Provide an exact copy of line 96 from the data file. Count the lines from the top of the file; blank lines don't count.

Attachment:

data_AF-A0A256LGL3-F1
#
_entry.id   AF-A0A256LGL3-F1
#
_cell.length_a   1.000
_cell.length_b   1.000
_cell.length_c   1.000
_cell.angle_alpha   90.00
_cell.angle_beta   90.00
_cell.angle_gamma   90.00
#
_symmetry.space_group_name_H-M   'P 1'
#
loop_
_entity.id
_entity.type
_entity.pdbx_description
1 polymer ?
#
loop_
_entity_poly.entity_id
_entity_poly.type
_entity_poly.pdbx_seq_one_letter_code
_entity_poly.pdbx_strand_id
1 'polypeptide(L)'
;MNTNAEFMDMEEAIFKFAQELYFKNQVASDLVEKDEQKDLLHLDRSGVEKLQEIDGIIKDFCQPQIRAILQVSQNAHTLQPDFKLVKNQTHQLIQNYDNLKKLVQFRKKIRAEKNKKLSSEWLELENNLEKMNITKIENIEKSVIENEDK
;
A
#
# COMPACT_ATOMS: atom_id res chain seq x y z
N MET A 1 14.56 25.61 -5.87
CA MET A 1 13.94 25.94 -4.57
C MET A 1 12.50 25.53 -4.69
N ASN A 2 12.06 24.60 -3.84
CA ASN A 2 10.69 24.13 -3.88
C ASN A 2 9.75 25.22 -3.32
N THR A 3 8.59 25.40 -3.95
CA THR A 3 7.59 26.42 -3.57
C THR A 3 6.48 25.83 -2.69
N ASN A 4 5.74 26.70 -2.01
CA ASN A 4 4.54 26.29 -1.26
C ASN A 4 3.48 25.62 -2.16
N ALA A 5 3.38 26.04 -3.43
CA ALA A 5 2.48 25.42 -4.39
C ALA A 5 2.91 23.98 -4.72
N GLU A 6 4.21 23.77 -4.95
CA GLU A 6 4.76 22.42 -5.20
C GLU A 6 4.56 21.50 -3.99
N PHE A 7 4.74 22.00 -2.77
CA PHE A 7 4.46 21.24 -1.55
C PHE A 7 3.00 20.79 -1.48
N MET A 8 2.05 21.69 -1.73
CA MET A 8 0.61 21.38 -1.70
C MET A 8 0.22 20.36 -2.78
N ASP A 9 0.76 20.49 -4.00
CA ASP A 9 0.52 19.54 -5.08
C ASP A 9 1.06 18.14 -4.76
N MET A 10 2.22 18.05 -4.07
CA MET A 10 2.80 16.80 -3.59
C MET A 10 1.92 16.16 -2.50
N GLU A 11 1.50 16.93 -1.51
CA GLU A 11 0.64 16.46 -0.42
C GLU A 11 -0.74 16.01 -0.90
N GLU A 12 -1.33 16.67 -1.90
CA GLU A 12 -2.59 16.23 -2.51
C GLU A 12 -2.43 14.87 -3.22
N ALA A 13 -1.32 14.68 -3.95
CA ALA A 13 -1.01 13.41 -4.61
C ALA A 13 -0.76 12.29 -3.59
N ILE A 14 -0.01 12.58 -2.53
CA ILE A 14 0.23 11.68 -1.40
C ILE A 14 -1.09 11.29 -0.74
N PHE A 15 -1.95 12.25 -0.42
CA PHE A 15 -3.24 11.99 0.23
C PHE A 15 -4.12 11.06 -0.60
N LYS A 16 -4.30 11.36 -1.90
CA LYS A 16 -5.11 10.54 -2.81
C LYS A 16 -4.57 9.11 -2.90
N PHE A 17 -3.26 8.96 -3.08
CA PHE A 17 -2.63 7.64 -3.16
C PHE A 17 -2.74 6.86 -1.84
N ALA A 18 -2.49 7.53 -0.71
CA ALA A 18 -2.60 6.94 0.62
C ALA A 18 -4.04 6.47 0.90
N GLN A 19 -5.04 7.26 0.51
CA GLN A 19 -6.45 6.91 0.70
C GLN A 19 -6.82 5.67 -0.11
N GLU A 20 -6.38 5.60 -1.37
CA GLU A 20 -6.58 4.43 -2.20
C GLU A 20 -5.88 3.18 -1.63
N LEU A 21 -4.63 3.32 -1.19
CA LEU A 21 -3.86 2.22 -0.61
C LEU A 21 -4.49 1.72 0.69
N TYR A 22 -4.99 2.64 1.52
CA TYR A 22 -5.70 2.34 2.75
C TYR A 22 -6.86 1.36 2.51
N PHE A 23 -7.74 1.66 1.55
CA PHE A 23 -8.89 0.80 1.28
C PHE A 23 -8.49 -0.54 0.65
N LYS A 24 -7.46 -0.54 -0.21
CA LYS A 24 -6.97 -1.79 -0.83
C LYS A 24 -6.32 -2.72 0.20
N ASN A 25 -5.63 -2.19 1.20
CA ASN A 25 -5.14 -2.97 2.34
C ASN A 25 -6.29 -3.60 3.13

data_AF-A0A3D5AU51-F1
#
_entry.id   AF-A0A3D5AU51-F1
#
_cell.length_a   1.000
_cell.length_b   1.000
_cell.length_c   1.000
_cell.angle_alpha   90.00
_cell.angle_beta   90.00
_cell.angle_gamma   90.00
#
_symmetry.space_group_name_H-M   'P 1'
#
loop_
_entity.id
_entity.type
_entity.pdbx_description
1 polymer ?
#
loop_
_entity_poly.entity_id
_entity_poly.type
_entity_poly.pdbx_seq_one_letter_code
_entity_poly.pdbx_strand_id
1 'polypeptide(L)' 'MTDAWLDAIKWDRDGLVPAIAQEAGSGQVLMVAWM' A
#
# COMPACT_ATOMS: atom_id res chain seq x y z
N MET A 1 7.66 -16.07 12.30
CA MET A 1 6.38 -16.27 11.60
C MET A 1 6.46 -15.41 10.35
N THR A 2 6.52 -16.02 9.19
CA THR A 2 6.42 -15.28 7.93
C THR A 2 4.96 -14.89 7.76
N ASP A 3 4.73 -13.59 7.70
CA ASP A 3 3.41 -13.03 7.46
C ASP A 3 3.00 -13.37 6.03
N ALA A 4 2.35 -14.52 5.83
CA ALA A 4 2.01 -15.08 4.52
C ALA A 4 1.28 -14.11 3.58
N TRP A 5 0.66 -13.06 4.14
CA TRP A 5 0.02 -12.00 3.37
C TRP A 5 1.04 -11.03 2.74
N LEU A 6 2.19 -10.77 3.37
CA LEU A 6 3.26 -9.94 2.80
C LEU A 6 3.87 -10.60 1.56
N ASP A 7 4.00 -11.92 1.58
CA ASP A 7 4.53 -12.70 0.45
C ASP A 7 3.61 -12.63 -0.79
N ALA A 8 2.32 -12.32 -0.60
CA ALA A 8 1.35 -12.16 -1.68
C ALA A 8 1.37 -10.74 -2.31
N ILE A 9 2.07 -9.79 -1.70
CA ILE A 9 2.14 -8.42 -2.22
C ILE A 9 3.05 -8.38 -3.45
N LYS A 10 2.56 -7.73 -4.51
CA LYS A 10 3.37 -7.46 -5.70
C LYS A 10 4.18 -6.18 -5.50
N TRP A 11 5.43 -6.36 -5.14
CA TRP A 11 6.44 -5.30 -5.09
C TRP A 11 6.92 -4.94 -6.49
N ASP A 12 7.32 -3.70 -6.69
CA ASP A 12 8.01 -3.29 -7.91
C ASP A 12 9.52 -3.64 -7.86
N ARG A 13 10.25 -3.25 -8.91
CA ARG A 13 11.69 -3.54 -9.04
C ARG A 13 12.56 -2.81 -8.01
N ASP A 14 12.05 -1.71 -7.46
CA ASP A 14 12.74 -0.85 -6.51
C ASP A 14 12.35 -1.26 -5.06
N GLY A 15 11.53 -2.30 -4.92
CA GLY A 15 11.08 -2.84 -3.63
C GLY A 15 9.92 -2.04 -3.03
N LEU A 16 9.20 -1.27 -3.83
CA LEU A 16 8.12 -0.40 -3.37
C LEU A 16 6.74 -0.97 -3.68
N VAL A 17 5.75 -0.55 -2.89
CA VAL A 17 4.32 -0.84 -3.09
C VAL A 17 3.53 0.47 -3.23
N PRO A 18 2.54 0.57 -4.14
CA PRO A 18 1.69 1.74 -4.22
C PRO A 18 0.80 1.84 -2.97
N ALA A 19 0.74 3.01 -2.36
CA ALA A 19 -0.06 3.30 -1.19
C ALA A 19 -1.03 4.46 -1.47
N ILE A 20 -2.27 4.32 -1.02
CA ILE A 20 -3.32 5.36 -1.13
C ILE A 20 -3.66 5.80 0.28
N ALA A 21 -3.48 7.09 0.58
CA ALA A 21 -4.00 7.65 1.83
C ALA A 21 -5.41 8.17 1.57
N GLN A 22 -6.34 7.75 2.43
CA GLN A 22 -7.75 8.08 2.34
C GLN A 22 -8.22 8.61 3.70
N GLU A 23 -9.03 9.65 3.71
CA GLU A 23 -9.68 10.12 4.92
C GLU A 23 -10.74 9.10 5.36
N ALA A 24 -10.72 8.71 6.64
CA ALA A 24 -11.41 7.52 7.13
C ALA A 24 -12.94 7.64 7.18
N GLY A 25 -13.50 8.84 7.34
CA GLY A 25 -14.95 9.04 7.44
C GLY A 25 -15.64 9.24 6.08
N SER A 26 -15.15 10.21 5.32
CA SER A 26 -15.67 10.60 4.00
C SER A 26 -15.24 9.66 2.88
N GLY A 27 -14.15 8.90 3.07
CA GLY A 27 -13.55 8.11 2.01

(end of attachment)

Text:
C TYR A 22 -6.86 1.36 2.51